Ideological discussions
The history of the Sexual Policy Group was presented at the Crisis Centre Group’s first meeting in April. There were discussions about crisis therapy and what view of human life would shape the interactions with the women who contacted the crisis centre. It was considered important to put faith in women’s own strength, and to avoid creating an “expert vs. layperson” atmosphere. The crisis centre’s approach was based on the conviction that each individual has the power within themselves to take responsibility for their own actions. Issues that had to be addressed were how to guarantee the anonymity of the women, whether there would be base groups (see below), how to reach out to women, and the general organisation of everything.

Practical work
Before the crisis centre could open, a lot of practical matters had to be taken care of, such as painting and decorating the rooms and installing phones. There were discussions about how to spread the information and what approach should be used in relation to the mass media. The Crisis Centre Group did not want to appear in the press too much to avoid sensationalised articles. To learn when women most often seek assistance, other types of emergency centres were contacted.

In the spring, the Crisis Centre had a central apartment available for at-risk women in need of accommodation. They later chose to give this up because Kvinnocentrum could not be listed as the contract holder. This means that the Crisis Centre did not have any accommodations for women during its time in Kvinnohuset.

From Kvinnocentrum’s Rape Group to Kvinnohuset’s Crisis Centre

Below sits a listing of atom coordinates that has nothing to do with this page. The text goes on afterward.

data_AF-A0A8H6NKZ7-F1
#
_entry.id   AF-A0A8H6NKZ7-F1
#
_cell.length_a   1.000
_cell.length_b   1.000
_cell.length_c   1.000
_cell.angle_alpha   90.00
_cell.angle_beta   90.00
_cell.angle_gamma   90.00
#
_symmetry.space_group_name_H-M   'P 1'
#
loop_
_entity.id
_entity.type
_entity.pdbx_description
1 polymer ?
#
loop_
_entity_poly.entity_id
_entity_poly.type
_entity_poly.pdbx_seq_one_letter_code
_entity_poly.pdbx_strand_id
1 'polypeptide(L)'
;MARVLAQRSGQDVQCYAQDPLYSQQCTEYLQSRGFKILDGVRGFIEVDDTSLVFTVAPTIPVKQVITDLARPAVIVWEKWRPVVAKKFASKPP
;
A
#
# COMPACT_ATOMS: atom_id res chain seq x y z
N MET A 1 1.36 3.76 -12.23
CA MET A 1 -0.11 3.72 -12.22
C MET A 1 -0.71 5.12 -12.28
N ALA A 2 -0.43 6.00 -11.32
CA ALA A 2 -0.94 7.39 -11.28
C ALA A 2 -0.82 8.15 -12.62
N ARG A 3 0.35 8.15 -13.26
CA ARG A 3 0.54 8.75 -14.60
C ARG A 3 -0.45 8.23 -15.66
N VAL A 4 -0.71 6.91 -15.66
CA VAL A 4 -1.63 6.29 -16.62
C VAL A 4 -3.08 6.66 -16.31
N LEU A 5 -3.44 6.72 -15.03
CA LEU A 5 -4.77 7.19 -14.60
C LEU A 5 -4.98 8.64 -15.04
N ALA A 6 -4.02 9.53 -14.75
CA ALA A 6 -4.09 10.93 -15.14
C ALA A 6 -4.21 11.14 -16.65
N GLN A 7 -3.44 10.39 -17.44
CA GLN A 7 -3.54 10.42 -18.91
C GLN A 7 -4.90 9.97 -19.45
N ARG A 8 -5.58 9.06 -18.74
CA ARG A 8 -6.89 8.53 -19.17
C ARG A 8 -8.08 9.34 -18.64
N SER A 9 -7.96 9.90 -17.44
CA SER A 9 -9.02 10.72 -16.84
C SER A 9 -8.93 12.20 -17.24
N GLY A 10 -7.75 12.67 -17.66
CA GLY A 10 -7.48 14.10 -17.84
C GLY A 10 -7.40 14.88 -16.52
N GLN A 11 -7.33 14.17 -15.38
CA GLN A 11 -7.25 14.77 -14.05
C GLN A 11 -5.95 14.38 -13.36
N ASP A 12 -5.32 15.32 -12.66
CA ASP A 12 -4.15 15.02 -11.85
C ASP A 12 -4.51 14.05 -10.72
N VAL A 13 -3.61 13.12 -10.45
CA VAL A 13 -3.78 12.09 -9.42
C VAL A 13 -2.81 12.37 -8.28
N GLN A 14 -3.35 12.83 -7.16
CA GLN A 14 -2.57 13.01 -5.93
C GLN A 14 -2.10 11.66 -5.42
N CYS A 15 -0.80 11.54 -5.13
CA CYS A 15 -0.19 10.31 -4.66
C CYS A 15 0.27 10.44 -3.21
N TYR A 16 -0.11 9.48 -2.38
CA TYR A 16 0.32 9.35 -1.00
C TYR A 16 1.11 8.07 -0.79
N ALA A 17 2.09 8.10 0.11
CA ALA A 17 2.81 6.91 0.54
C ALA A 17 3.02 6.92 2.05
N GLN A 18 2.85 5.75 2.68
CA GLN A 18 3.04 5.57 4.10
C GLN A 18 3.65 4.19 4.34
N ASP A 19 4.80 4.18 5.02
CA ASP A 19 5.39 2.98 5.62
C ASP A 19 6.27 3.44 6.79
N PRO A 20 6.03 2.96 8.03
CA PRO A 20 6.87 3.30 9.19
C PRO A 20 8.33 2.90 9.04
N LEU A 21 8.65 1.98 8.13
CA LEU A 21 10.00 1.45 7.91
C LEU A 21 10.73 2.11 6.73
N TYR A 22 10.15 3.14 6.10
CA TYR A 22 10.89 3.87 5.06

In May 1978, the centre got its name – Kvinnohuset’s Crisis Centre (Kvinnohusets Krisjour) – and the decision was made that the counselling sessions and other activities would be thoroughly documented in a journal. The journal-keeping was carried out according to plan and over the period 1978–1989 twelve notebooks were filled with staff accounts of counselling sessions and events at the centre. These notebooks are valuable documentation of the experiences of both the staff and the women seeking assistance. Naturally, the women seeking help from the Crisis Centre were kept completely anonymous in the journals. A quantitative documentation method introduced in 1989 involved filling in forms, resulting in the loss of the staff’s reflections about the counselling sessions.

Crisis Centre opens
On 1 September 1978, Kvinnohuset opened its hotline. At that time, the Crisis Centre was open Friday, Saturday and Sunday evenings. From the beginning, the staff chose to work in base groups. Five base groups with 6–7 women each were formed – Ada, Kata, Julia, Sofie and Group 9. The base groups served as both working groups and support groups in the complex fight against male violence against women. Kvinnohuset was the home of this work to help at-risk women for twelve years.

Kvinnohuset initially received a lot of attention in the mass media, among the general public, and among people working in social work. Many women came to Kvinnohuset and the Crisis Centre for study visits to see how it all worked and to get inspiration and impressions for their own projects.

Naturally, a lot happened at the Crisis Centre during its twelve years at Kvinnohuset. A large number of women fought against male violence against women, and many women were given the support they needed to break away from male sexualised violence. During its time at Kvinnohuset, the Crisis Centre saw an increase in the number of exchanges between women’s empowerment centres throughout Sweden, and the women’s empowerment movement began to take shape more and more both in Sweden and internationally. ROKS (National Organisation for Women’s Shelters and Young Women’s Shelters in Sweden) was formed in 1984, with the Crisis Centre taking part right from the start. Knowledge about women’s empowerment centres and women’s research on sexualised violence emerged in the 1980s. Society began paying greater attention to male sexualised violence against women and children.